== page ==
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Ask local brewers what keeps them up at night, and they’ll talk about a dirty draft line ruining their product and scaring a customer away forever. They’ll mention that the historically poor quality barley harvest in 2021 worries them when sipping their 5 a.m. coffee. And for brewery owners, just keeping their brewery afloat looms large when their heads hit the pillow.
Many breweries saw the pandemic slash draft sales because bars and restaurants were buying fewer, if any, kegs. They’re also seeing costs go up for everything from raw ingredients to cans.
“Here in D.C. we have a very, very competitive beer market,” says D.C.-based Seventh Point Analytics Consulting founder and chief economist Michael Uhrich. “We have suppliers from all over the world that are competing pretty fiercely, and we have some strongly relevant local brands.”
To forecast the brewing landscape in 2022, City Paper interviewed more than a dozen brewers, distributors, retailers, economists, and reporters to get a sense of what lies ahead. The challenges they’re facing vary based on their size and business model.
What trends are coming down the pike? Walters Sports Bar owner Jeremy Gifford believes the popularity of the lunch beer while working from home led to a rise in sales of low-alcohol beers. “When the pandemic first hit, and we were all allowed to sell six packs [to go], we couldn’t sell an IPA, but anything that was light we just couldn’t even keep on our shelf,” he says.
“Everyone was drinking two beers at lunch and needed to be able to function on the Zoom, so I think there will be a more concentrated effort on lower ABV beers,” Gifford continues. He says that the robust seltzer market may have convinced brewers they need to make more “crushable” beers if they want to sell volume.
Mike McGarvey, owner of 3 Stars Brewing Company, also notices consumer tastes trending towards what he calls “comfort” beers. He describes this category as consistent, readily available flagship brands that are often clean, traditional styles with lower ABVs.
3 Stars’ newest flagship beer, Chillum Lite, is designed to be familiar to beer drinkers. If you’ve ever tried Bud Light or Miller Lite, you know how an American light lager brewed with rice or corn tastes.
Lead brewer Meth Gunasinghe used corn and rice in formulating Chillum Lite’s recipe. Gunasinghe also used German hops and Bavarian yeast in the beer, further differentiating it from Bud Light and Miller Lite. The beer debuted in December, 2021.
According to McGarvey, in order for a beer to be labeled lite or light, it needs to adhere to Tax and Trade Bureau labeling requirements. So as a result, Chillum Lite was sent off for laboratory analysis. The goal is to have Chillum Lite widely available wherever 3 Stars beers are sold, unlike their rare, specialty beers that are only available in their taproom.
Like Gifford, McGarvey expects consumers to flock to gluten-free beverages like hard seltzer. 3 Stars isn’t the only local brewery with a hard seltzer. Atlas Brew Works, DC Brau Brewing Company, Denizens Brewing Company, Other Half Brewing, and Solace Brewing Company make it too. Smaller area producers like Patuxent Brewing Company and 7 Locks Brewing have also hitched seltzer kegs onto their proverbial lager wagons.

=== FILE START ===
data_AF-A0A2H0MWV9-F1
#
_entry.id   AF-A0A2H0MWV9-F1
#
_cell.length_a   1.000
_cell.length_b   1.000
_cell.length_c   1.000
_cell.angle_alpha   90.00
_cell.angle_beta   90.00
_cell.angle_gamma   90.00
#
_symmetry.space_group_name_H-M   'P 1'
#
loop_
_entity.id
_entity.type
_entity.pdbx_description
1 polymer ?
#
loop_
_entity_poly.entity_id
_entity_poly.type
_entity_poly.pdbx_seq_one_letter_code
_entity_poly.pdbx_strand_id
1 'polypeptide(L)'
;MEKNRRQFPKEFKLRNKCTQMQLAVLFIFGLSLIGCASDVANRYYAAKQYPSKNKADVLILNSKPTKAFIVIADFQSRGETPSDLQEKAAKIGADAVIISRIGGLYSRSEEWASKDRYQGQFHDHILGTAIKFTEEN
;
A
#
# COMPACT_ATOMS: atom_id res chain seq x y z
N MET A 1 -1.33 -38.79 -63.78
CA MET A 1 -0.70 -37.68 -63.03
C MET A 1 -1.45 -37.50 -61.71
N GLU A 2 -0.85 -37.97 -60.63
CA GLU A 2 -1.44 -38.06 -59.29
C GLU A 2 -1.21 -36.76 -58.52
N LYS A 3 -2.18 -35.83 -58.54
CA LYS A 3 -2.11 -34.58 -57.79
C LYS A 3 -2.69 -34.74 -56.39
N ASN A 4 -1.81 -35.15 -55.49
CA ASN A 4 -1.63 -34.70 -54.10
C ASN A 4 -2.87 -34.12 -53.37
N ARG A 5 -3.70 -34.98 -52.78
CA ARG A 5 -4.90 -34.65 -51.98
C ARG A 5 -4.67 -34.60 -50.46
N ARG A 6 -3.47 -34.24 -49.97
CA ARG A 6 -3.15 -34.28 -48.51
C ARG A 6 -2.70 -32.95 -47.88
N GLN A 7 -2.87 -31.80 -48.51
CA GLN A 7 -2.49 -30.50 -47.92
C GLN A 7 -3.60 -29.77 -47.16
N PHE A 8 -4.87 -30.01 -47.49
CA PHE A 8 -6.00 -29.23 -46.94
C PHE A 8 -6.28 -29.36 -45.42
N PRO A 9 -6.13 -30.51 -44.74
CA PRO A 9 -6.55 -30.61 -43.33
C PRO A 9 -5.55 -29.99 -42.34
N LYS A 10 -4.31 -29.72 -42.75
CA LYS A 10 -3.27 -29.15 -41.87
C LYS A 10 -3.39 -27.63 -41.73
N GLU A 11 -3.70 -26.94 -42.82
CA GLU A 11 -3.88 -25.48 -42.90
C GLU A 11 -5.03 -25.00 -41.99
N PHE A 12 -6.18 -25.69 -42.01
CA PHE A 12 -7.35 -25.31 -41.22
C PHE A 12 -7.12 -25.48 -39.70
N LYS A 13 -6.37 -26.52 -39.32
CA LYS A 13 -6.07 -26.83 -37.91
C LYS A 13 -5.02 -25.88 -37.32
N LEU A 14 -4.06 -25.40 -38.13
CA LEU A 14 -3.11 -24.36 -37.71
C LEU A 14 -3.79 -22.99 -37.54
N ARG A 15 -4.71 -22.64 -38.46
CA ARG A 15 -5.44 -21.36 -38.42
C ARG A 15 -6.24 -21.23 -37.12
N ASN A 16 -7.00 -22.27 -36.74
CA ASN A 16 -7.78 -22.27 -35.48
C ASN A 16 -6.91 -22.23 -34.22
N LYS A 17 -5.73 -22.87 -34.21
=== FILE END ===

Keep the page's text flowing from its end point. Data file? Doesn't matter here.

Bill Butcher, who founded Port City Brewing Company, believes that in addition to their pale ale and porter, their lager line of beers will be an important part of the brewery’s growth in 2022. Their rotating styles of lager beer allows drinkers to discover styles they may not drink regularly like Czech-style dark lagers, German-style smoked lagers, and Mexican-style dark lagers. These are beers that brewers love making as much as they love drinking. “Our lager series sells very well, and continues to grow,” Butcher says.
“I think you’re definitely seeing a shift to some older traditional styles like lagers,” says Matt Monahan, CEO of Other Half. He expects more breweries will add lagers into their production schedules as their customers ask for it. For now, all of Other Half’s lagers are manufactured in D.C.
Jon Humerick, co-founder and director of operations at Solace, has a different take. “Every year I hear the same thing, ‘Oh it’s craft lagers, or sours, or some old-world style that’s the next big thing,’” he says. “And every year, IPA continues to dominate.” He doesn’t see consumer tastes “changing significantly enough to knock IPA off its pedestal.”
Combatting Rising Costs
“Some folks think that our beer is really expensive, and we’re making all this money off this beer, and we’re not,” says Sankofa Beer Company co-founder Kofi Meroe. The D.C. brewery that draws influence from West Africa is best known for its hibiscus pale ale, Hypebiscus. Sankofa doesn’t have its own physical brewery. Instead, Meroe brews out of the Black Flag Brewing Company in Columbia, Maryland.
“Our beer is really expensive because I just don’t want to go under,” Meroe continues. Prices for “inputs,” a term brewers use for the raw ingredients like barley and hops, are rising. “My inputs are killing me right now,” he says.
“In terms of commodities, a lot of stuff is through the roof,” Uhrich echoes, ticking off barley, corn, and wheat. Rice, however, is more stable. “Does that mean that brewers who rely predominantly on rice as an input are going to face fewer challenges in the coming year? I don’t think that means that, no.”